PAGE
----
If so, then what will be the next stage in the evolution of individual freedoms I grew up understanding, and spent my life protecting?  We see, in our young, an intolerance of opposing views, of only one right answer, coming from one source.  It seems to the casual observer that our schools have moved from education to indoctrination.  We have, under the guise of entertainment, gone to selecting nameless people and highlighting them as foolish or stupid to make the point one side or the other is clueless regarding some fresh political issue.  With each showing we erode the middle and encourage political attack, not on solid reason, but on the visceral emotions of the viewer.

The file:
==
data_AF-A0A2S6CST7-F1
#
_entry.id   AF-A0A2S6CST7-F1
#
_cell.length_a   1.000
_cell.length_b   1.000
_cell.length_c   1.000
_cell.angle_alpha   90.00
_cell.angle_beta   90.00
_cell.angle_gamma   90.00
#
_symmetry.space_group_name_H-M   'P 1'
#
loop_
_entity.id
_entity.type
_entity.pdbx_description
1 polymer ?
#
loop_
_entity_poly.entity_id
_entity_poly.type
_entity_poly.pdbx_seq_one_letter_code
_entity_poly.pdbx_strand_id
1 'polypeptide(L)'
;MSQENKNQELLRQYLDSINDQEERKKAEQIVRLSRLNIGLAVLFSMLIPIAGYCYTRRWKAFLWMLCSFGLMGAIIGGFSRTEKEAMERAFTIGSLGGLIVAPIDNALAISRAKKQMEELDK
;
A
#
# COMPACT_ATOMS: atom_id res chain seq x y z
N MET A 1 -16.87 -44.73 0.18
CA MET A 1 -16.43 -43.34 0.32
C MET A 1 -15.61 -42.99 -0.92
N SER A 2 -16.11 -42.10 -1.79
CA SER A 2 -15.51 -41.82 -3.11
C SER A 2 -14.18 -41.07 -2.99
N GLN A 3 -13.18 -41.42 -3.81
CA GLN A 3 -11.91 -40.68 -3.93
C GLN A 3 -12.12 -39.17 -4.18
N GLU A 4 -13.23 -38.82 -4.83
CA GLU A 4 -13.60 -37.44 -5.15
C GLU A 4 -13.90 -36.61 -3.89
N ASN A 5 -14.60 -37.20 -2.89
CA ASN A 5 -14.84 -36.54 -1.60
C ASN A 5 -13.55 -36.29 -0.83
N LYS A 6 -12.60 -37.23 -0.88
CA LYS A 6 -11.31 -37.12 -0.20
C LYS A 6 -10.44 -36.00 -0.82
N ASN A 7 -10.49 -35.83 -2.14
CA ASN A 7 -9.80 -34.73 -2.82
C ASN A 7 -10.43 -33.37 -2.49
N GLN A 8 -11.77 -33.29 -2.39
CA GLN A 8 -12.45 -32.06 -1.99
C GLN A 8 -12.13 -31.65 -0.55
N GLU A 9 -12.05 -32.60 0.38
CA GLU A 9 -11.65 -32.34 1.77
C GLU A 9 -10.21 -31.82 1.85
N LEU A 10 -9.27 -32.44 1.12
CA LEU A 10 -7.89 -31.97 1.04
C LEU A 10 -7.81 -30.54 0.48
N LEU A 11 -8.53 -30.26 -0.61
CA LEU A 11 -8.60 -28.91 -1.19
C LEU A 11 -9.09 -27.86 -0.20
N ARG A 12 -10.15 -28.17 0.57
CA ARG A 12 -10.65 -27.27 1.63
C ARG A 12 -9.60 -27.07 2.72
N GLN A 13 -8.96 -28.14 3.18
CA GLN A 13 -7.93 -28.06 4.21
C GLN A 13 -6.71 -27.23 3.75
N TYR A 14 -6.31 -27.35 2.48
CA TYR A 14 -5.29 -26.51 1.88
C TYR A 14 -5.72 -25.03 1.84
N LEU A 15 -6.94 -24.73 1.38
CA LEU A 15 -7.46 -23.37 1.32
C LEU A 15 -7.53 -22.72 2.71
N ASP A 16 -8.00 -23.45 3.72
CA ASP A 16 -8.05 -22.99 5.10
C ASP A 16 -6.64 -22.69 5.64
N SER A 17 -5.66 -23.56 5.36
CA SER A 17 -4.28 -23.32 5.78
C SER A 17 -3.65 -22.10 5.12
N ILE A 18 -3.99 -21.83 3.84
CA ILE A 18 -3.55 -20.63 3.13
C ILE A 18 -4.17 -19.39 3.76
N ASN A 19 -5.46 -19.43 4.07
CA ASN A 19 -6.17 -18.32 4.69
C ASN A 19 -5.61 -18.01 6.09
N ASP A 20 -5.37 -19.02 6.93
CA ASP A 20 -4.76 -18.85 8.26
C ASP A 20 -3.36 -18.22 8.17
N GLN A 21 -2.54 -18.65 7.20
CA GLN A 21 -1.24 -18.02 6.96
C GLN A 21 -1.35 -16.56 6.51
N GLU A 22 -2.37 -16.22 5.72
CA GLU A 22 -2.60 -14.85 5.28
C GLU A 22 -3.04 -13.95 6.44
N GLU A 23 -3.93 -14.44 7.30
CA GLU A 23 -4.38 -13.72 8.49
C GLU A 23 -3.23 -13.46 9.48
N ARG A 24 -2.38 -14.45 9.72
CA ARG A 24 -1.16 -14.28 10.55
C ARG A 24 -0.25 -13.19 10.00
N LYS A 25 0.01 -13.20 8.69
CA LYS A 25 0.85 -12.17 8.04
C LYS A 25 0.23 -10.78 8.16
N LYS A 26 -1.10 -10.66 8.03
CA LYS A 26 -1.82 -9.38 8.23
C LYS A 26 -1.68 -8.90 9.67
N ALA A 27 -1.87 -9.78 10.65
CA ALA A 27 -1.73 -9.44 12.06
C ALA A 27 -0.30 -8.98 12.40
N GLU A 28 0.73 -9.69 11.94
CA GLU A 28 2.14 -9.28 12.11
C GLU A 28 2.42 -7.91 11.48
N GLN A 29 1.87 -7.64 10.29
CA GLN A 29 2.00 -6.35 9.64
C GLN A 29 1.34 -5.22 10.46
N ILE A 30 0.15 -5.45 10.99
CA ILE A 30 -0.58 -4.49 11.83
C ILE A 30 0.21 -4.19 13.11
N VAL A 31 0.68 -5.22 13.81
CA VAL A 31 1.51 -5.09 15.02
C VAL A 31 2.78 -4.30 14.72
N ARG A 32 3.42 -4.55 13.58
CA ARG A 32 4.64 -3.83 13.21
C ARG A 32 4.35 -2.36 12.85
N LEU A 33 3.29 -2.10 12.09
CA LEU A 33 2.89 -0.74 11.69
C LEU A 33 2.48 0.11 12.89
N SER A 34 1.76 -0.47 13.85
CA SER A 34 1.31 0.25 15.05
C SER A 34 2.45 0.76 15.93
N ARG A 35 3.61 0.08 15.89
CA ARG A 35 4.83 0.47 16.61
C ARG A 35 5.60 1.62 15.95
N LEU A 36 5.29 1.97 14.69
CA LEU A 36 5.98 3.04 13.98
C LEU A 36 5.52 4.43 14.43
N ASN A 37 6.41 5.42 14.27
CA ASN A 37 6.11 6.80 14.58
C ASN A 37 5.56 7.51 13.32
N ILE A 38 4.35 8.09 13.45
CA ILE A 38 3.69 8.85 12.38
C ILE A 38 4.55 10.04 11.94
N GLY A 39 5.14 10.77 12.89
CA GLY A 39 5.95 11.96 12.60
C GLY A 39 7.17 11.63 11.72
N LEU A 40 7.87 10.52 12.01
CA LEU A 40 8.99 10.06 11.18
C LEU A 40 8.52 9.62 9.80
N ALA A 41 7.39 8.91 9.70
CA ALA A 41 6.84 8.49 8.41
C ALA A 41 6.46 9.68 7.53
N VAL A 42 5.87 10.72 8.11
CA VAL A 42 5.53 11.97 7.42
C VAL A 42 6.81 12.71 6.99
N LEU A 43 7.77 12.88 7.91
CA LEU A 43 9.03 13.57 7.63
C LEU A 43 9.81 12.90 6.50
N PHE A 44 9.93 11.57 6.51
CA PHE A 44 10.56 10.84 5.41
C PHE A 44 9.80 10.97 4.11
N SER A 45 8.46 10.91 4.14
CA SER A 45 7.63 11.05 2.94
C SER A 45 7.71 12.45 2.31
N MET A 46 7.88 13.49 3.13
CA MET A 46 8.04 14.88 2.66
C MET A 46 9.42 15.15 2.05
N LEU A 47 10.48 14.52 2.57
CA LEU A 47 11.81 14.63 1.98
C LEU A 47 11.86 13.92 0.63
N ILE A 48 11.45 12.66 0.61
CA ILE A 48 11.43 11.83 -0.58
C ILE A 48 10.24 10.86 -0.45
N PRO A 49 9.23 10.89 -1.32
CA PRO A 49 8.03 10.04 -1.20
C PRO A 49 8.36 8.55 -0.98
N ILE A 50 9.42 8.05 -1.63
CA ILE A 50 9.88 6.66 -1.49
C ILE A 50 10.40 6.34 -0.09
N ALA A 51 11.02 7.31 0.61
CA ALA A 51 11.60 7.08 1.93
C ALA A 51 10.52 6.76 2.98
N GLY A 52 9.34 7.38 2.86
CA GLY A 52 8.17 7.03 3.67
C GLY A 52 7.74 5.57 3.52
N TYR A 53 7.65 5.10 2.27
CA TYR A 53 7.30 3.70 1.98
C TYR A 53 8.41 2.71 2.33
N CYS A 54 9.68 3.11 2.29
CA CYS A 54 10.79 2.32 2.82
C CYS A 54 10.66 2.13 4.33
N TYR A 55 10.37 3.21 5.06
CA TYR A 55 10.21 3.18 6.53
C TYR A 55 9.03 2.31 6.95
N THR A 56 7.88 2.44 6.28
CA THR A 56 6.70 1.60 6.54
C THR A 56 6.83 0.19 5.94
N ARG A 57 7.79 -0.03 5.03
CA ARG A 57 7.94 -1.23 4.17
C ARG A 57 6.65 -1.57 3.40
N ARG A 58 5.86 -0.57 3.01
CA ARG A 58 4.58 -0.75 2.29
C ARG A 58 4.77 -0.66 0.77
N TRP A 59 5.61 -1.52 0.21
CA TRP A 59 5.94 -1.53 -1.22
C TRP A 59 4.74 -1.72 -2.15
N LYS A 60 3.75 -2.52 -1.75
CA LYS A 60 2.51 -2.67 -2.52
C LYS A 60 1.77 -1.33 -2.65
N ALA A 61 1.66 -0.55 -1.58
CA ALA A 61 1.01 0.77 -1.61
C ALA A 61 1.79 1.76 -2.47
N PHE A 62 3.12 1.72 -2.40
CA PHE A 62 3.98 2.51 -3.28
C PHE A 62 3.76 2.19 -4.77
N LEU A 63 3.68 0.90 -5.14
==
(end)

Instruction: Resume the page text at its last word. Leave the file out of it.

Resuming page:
Sadly, this is encouraged by the broadcast media.  As commercial enterprises, they are more interested in seeking profit, even if it comes at the sake of a common good.  We see it as well from the personalities we enrich with our viewing who have chosen their political positions and push those opinions forward as the only right answer.

Then we come to the next stage of information flow, the internet.  With the creation of social networking with billions of members on a few sites, what kind of control will go to those who guide what is and is not allowed on those sites?  I suspect the idea of a free exchange of ideas will fairly quickly be squashed in the name of safety.  Yet another of our rights cast aside, or was it only an illusion all along?